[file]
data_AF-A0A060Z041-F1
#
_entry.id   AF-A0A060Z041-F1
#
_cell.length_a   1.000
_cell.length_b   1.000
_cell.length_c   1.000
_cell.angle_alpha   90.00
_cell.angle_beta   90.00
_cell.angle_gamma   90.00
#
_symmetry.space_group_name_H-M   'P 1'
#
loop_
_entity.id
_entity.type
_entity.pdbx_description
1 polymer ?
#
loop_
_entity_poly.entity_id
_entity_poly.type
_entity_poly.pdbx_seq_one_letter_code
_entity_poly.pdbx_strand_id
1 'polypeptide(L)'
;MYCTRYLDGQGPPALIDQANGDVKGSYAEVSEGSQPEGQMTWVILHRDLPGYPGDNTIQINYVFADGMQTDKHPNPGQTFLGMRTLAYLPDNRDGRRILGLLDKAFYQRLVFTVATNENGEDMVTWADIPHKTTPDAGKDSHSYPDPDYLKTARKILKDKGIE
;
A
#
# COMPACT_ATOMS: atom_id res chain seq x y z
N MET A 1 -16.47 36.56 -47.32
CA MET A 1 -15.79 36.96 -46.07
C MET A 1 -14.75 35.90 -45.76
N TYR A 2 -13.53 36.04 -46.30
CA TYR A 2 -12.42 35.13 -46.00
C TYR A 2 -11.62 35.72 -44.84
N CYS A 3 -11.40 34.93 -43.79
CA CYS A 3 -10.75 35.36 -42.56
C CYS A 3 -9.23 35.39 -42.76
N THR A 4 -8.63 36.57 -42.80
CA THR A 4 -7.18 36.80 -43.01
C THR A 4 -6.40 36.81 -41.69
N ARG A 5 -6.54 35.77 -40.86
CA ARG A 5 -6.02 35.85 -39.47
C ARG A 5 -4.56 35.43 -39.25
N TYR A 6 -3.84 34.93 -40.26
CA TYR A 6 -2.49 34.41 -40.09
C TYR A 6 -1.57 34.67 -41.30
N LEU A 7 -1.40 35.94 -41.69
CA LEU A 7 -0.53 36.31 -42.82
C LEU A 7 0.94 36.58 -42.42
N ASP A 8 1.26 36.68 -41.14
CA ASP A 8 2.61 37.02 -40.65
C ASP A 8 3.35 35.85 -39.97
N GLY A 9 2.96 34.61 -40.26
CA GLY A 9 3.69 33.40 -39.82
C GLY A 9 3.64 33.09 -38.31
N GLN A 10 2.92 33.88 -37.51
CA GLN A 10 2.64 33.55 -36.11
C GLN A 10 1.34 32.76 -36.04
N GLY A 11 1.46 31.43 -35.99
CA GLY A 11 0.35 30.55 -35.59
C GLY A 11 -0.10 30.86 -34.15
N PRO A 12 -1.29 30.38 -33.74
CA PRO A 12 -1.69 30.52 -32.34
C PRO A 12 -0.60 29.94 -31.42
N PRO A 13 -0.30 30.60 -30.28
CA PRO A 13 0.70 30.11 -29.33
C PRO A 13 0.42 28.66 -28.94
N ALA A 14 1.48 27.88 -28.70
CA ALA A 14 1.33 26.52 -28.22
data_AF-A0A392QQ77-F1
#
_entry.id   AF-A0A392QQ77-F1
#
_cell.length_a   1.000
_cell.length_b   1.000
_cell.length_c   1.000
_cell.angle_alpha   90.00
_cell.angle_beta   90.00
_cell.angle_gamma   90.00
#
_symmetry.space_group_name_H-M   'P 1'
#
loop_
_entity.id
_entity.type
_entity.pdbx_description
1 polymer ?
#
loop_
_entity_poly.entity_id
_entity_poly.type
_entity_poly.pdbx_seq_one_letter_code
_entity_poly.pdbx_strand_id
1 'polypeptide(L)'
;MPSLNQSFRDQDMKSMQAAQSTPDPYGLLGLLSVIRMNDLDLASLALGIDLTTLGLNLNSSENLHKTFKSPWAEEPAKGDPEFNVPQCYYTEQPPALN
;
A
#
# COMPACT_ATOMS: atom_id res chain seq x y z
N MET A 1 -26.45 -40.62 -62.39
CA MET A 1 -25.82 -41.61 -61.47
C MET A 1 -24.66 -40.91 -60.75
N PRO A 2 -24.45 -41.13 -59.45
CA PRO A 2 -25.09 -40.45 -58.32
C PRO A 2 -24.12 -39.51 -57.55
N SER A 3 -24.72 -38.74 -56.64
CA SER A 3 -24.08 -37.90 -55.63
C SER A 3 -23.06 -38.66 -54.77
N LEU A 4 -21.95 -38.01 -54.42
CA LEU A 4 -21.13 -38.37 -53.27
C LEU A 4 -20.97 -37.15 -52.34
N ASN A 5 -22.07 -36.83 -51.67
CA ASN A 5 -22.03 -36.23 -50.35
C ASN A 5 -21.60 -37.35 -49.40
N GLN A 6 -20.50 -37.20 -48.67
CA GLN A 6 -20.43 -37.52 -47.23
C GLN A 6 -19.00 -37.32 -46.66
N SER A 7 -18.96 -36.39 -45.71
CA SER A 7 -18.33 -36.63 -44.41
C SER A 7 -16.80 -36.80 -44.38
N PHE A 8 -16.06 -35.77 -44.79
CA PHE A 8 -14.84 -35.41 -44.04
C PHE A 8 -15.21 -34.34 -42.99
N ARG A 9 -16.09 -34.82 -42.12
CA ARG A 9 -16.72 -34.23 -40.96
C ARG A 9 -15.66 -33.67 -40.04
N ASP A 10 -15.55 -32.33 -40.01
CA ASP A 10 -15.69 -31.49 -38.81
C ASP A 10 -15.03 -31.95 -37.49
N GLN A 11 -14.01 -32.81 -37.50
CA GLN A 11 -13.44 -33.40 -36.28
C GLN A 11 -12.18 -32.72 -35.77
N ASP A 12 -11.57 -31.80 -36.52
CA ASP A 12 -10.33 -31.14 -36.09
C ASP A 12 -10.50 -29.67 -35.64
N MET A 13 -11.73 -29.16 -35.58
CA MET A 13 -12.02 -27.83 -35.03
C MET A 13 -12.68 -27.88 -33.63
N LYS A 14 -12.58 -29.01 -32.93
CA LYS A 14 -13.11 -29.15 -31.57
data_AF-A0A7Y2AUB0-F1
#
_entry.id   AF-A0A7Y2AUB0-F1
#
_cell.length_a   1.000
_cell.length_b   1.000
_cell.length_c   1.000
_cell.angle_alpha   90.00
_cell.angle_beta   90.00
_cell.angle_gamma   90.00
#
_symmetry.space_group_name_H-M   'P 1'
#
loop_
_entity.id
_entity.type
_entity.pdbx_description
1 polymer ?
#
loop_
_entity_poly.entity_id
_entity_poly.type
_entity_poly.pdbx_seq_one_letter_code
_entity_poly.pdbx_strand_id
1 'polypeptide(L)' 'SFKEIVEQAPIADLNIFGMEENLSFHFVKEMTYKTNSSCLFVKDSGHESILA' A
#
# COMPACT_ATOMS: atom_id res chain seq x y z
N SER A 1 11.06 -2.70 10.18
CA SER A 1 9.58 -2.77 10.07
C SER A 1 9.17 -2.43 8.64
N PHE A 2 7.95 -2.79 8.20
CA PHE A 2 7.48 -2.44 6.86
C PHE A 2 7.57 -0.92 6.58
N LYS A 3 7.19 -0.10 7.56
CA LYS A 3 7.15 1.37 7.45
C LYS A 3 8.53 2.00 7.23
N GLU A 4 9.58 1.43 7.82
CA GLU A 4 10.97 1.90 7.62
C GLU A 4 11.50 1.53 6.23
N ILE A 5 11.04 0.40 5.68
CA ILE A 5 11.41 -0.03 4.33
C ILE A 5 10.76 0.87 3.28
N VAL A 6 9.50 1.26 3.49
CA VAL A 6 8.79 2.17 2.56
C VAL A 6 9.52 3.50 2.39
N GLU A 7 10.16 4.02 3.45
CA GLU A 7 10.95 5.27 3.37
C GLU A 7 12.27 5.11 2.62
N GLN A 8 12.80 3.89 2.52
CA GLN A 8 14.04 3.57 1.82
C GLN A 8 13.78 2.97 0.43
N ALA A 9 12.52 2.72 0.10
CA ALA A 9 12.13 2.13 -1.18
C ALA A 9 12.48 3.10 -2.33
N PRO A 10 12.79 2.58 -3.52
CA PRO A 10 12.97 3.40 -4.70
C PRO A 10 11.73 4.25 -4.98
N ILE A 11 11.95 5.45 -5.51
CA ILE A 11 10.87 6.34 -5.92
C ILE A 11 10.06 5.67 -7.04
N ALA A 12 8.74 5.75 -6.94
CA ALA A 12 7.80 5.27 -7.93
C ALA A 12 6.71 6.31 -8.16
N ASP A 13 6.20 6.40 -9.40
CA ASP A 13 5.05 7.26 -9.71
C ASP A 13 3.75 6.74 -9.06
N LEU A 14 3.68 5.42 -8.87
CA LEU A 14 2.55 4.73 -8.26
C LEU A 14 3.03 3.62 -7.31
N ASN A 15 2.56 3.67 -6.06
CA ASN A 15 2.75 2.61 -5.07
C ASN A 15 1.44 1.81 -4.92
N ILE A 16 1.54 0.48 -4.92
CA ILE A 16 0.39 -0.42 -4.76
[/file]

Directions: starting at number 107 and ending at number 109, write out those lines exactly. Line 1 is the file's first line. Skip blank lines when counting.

C PRO A 2 -24.12 -39.51 -57.55
N SER A 3 -24.72 -38.74 -56.64
CA SER A 3 -24.08 -37.90 -55.63